30 Jan 2004

Did Jesus die for the sins of all people or only the elect?

Submitted by theshovel
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Did Jesus die for the sins of all people or only the elect? Harper

No, there is nothing trivial about any question, and certainly not this one. As a matter of fact, I'm going to simply share my thoughts with you on this, including much more than you might think I need to say to answer a seemingly simple question. You see, there are embedded assumptions within the very structure of this ages old question, in other words, the question, in and of itself, is loaded. Simply stated, though I might come across as being incredibly verbose (wordy) I assure you that it is all, at least, connected. Okay ... are you ready? hahaha!

I suspect the reason this question has posed so much difficulty is that there are numerous Bible verses and passages different viewpoints will appeal to in order to support their conclusions. Personally, I've been on both sides of this argument, having begun with the "all people" answer, making a radical change to the "elect" position ... only to have both fade into a growing awareness that perhaps we're barking up the wrong tree. After all, why does it seems so difficult to pin this thing down? Why doesn't the Bible say it as clearly as we would like it to be stated?

On the one hand, we've got the vastly popular statements that declare Jesus died for every single man, woman, boy and girl, old and young alike (of course, we'd be hard-pressed to find such an overwhelmingly clear statement in the Bible, even though we might think it clearly says so), while on the other, Biblically-presented logic suggests that the atonement was limited, otherwise it could not be effective. Both aspire to be true to the concept of "all", both desire to make sense in the face of much confusion.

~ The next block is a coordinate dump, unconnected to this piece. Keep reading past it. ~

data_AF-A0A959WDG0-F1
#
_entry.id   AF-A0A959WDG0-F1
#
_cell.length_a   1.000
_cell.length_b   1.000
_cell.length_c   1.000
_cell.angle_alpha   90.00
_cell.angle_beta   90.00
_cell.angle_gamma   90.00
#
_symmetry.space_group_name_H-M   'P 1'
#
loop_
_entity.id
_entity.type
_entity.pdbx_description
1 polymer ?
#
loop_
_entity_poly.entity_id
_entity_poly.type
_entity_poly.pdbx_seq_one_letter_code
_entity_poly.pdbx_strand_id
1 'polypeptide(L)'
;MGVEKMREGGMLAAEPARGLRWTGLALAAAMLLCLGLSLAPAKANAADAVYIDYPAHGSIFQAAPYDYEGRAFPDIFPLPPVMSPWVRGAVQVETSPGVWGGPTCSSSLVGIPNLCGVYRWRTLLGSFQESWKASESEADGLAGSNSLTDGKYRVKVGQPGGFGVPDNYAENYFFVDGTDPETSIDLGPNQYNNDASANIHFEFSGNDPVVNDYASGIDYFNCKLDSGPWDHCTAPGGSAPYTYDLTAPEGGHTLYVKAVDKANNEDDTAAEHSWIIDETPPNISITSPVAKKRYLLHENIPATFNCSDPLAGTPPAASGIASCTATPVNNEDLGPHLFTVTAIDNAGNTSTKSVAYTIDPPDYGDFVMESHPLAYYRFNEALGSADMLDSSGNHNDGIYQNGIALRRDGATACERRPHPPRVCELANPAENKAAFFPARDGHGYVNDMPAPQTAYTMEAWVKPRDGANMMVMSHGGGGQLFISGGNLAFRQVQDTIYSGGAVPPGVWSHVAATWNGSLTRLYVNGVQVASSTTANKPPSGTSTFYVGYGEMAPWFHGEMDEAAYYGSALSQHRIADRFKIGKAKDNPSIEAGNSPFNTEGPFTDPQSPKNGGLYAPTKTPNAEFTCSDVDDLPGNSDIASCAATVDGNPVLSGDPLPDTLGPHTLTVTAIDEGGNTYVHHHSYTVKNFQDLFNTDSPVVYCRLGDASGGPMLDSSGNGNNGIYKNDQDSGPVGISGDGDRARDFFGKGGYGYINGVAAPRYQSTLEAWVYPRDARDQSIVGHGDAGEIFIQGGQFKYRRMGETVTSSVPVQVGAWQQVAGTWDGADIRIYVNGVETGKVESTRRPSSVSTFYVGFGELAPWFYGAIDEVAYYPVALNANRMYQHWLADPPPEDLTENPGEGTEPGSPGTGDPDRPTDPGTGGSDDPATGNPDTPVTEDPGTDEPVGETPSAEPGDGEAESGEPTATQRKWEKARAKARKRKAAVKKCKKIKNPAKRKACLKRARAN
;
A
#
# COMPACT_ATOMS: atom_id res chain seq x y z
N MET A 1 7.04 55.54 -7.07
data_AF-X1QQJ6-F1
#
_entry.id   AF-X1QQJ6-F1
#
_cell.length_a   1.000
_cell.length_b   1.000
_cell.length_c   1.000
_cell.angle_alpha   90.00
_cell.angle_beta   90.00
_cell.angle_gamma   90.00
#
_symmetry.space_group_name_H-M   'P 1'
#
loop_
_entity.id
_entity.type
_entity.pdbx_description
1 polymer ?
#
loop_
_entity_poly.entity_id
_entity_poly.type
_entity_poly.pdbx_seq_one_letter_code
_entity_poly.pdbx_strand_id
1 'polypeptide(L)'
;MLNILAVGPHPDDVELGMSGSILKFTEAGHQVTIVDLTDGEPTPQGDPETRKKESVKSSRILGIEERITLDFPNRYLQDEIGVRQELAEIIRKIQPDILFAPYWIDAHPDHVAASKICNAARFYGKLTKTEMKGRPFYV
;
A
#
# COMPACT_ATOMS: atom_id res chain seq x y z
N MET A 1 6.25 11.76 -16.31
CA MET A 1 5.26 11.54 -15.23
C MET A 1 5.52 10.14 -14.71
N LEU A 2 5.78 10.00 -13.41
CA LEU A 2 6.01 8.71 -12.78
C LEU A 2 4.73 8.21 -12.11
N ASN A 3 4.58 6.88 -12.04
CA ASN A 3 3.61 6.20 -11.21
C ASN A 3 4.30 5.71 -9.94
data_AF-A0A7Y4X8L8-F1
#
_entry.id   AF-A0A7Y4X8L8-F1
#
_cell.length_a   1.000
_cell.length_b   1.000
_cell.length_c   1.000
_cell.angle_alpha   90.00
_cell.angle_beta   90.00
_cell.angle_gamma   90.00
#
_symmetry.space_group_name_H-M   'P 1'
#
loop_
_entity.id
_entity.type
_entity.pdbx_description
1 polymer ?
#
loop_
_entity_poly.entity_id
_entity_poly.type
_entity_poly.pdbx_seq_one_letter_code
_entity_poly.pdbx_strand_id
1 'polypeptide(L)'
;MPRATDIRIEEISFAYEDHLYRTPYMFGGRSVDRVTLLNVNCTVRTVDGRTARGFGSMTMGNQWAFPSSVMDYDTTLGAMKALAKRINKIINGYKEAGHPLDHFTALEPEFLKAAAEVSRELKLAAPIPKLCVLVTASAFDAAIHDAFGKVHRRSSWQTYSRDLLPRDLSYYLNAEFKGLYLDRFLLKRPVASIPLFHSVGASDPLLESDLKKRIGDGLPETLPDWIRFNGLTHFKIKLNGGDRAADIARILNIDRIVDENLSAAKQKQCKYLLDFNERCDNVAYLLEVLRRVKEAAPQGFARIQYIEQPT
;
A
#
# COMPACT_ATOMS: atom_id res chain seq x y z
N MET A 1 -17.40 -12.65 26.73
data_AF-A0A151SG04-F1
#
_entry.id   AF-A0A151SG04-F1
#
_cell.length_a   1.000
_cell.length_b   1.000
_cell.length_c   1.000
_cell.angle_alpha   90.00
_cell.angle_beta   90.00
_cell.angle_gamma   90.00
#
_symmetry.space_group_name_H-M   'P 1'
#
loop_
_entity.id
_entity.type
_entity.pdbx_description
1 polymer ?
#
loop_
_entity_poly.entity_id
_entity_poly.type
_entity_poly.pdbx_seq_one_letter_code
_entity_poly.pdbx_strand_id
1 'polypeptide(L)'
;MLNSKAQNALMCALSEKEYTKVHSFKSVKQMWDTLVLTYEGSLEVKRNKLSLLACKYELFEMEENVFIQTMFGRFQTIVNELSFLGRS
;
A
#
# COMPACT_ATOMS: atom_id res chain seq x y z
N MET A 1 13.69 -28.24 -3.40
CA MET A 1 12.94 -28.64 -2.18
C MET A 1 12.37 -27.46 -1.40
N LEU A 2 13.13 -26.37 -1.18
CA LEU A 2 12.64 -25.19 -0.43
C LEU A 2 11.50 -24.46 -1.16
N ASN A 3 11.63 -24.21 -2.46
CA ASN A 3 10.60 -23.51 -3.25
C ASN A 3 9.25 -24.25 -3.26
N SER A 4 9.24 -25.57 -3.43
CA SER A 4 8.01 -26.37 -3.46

While I'm at it, let me say that even though some (or perhaps many) have "joined a side" in order to show themselves right or better than another, or even to push their own fears or propaganda, I also believe that many have simply been drawn to whatever viewpoint would seem more gracious at the given point in time based upon what they were going through at that time.

Back to my suggestion about barking up the wrong tree. Consider how we commonly refer to the "sins" Jesus died for, as if they were all spread out on an immense buffet table or numbered on an impossibly long list. On either side of the argument there are concessions made to justify the number of sins paid for to keep it in accordance to the wording of various Biblical passages.

Of those who say he died for all the sins of all the people, most hold that he did not die for the "sin of unbelief", in order to explain how one could be condemned if his/her sins were all paid for; while some say he died for all the sins of all the people so that all will eventually be saved, but then have to apply different approaches to the many verses in close proximity in order to avoid some obvious conflicts regarding condemnation for those who do not believe, or are not born of God. Those who say he died for a limited number of people are able to declare that Jesus' payment is effective since every sin and every person died for was not done in vain.